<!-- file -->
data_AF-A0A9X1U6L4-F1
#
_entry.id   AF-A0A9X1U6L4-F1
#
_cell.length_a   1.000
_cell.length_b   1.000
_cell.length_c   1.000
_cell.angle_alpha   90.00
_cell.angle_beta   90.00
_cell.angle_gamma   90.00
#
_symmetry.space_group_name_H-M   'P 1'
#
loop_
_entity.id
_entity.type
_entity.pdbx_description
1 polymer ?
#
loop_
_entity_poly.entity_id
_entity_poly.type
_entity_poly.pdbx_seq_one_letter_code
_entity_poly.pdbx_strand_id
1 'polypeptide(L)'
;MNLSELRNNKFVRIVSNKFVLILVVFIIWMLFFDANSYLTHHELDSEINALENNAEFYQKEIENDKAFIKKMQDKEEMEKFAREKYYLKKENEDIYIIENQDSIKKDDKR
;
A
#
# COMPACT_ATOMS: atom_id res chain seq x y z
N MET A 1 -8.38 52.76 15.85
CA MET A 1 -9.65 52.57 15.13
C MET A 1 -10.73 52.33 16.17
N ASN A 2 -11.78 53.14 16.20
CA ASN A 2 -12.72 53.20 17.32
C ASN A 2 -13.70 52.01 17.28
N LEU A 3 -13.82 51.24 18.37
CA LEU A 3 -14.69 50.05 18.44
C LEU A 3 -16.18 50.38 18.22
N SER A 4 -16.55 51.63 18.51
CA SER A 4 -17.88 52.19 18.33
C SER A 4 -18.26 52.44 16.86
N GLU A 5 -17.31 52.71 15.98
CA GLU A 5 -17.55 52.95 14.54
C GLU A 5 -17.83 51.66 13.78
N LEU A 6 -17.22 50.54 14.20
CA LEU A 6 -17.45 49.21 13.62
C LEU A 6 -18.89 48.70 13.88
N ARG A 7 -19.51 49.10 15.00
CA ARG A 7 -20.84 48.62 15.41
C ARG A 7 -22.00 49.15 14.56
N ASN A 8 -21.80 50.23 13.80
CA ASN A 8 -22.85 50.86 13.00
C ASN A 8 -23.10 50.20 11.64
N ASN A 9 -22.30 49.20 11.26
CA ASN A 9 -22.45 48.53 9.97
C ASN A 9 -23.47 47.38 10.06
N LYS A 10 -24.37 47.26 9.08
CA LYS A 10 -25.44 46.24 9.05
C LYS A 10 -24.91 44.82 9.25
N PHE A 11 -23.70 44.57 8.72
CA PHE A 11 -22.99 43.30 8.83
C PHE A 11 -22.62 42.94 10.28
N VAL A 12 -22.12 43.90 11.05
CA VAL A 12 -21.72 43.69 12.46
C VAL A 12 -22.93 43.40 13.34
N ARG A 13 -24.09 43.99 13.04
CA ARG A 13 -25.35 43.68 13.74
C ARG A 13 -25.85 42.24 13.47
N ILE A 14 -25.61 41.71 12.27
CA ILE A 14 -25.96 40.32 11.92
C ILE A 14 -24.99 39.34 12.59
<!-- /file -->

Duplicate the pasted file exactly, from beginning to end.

data_AF-A0A9X1U6L4-F1
#
_entry.id   AF-A0A9X1U6L4-F1
#
_cell.length_a   1.000
_cell.length_b   1.000
_cell.length_c   1.000
_cell.angle_alpha   90.00
_cell.angle_beta   90.00
_cell.angle_gamma   90.00
#
_symmetry.space_group_name_H-M   'P 1'
#
loop_
_entity.id
_entity.type
_entity.pdbx_description
1 polymer ?
#
loop_
_entity_poly.entity_id
_entity_poly.type
_entity_poly.pdbx_seq_one_letter_code
_entity_poly.pdbx_strand_id
1 'polypeptide(L)'
;MNLSELRNNKFVRIVSNKFVLILVVFIIWMLFFDANSYLTHHELDSEINALENNAEFYQKEIENDKAFIKKMQDKEEMEKFAREKYYLKKENEDIYIIENQDSIKKDDKR
;
A
#
# COMPACT_ATOMS: atom_id res chain seq x y z
N MET A 1 -8.38 52.76 15.85
CA MET A 1 -9.65 52.57 15.13
C MET A 1 -10.73 52.33 16.17
N ASN A 2 -11.78 53.14 16.20
CA ASN A 2 -12.72 53.20 17.32
C ASN A 2 -13.70 52.01 17.28
N LEU A 3 -13.82 51.24 18.37
CA LEU A 3 -14.69 50.05 18.44
C LEU A 3 -16.18 50.38 18.22
N SER A 4 -16.55 51.63 18.51
CA SER A 4 -17.88 52.19 18.33
C SER A 4 -18.26 52.44 16.86
N GLU A 5 -17.31 52.71 15.98
CA GLU A 5 -17.55 52.95 14.54
C GLU A 5 -17.83 51.66 13.78
N LEU A 6 -17.22 50.54 14.20
CA LEU A 6 -17.45 49.21 13.62
C LEU A 6 -18.89 48.70 13.88
N ARG A 7 -19.51 49.10 15.00
CA ARG A 7 -20.84 48.62 15.41
C ARG A 7 -22.00 49.15 14.56
N ASN A 8 -21.80 50.23 13.80
CA ASN A 8 -22.85 50.86 13.00
C ASN A 8 -23.10 50.20 11.64
N ASN A 9 -22.30 49.20 11.26
CA ASN A 9 -22.45 48.53 9.97
C ASN A 9 -23.47 47.38 10.06
N LYS A 10 -24.37 47.26 9.08
CA LYS A 10 -25.44 46.24 9.05
C LYS A 10 -24.91 44.82 9.25
N PHE A 11 -23.70 44.57 8.72
CA PHE A 11 -22.99 43.30 8.83
C PHE A 11 -22.62 42.94 10.28
N VAL A 12 -22.12 43.90 11.05
CA VAL A 12 -21.72 43.69 12.46
C VAL A 12 -22.93 43.40 13.34
N ARG A 13 -24.09 43.99 13.04
CA ARG A 13 -25.35 43.68 13.74
C ARG A 13 -25.85 42.24 13.47
N ILE A 14 -25.61 41.71 12.27
CA ILE A 14 -25.96 40.32 11.92
C ILE A 14 -24.99 39.34 12.59